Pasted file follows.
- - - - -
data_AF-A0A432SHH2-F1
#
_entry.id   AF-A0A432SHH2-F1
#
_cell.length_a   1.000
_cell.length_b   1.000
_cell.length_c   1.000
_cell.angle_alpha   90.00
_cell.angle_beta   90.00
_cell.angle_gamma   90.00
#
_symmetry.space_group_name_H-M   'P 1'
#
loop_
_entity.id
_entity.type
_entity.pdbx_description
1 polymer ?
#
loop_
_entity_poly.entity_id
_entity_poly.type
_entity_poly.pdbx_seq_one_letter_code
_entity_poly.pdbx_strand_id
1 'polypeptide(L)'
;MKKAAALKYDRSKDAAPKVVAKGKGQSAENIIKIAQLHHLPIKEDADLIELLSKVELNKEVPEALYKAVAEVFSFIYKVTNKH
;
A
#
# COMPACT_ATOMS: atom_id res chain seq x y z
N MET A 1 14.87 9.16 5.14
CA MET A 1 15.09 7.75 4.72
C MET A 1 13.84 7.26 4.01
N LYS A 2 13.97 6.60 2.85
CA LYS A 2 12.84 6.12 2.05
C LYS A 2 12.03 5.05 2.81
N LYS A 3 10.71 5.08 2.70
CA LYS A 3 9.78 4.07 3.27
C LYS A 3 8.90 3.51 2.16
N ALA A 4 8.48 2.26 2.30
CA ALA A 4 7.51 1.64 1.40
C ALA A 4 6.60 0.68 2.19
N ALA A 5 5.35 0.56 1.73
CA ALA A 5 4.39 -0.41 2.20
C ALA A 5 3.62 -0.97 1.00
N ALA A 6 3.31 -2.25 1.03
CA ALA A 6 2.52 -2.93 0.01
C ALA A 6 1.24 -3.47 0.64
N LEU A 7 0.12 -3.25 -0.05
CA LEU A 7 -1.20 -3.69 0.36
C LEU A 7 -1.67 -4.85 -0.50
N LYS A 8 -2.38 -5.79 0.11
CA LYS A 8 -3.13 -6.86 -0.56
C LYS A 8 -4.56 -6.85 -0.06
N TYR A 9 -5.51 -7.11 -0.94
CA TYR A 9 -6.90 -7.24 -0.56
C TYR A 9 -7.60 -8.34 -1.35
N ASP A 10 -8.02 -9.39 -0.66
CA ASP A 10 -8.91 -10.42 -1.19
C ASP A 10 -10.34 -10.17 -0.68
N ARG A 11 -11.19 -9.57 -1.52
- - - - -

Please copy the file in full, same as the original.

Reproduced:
data_AF-A0A432SHH2-F1
#
_entry.id   AF-A0A432SHH2-F1
#
_cell.length_a   1.000
_cell.length_b   1.000
_cell.length_c   1.000
_cell.angle_alpha   90.00
_cell.angle_beta   90.00
_cell.angle_gamma   90.00
#
_symmetry.space_group_name_H-M   'P 1'
#
loop_
_entity.id
_entity.type
_entity.pdbx_description
1 polymer ?
#
loop_
_entity_poly.entity_id
_entity_poly.type
_entity_poly.pdbx_seq_one_letter_code
_entity_poly.pdbx_strand_id
1 'polypeptide(L)'
;MKKAAALKYDRSKDAAPKVVAKGKGQSAENIIKIAQLHHLPIKEDADLIELLSKVELNKEVPEALYKAVAEVFSFIYKVTNKH
;
A
#
# COMPACT_ATOMS: atom_id res chain seq x y z
N MET A 1 14.87 9.16 5.14
CA MET A 1 15.09 7.75 4.72
C MET A 1 13.84 7.26 4.01
N LYS A 2 13.97 6.60 2.85
CA LYS A 2 12.84 6.12 2.05
C LYS A 2 12.03 5.05 2.81
N LYS A 3 10.71 5.08 2.70
CA LYS A 3 9.78 4.07 3.27
C LYS A 3 8.90 3.51 2.16
N ALA A 4 8.48 2.26 2.30
CA ALA A 4 7.51 1.64 1.40
C ALA A 4 6.60 0.68 2.19
N ALA A 5 5.35 0.56 1.73
CA ALA A 5 4.39 -0.41 2.20
C ALA A 5 3.62 -0.97 1.00
N ALA A 6 3.31 -2.25 1.03
CA ALA A 6 2.52 -2.93 0.01
C ALA A 6 1.24 -3.47 0.64
N LEU A 7 0.12 -3.25 -0.05
CA LEU A 7 -1.20 -3.69 0.36
C LEU A 7 -1.67 -4.85 -0.50
N LYS A 8 -2.38 -5.79 0.11
CA LYS A 8 -3.13 -6.86 -0.56
C LYS A 8 -4.56 -6.85 -0.06
N TYR A 9 -5.51 -7.11 -0.94
CA TYR A 9 -6.90 -7.24 -0.56
C TYR A 9 -7.60 -8.34 -1.35
N ASP A 10 -8.02 -9.39 -0.66
CA ASP A 10 -8.91 -10.42 -1.19
C ASP A 10 -10.34 -10.17 -0.68
N ARG A 11 -11.19 -9.57 -1.52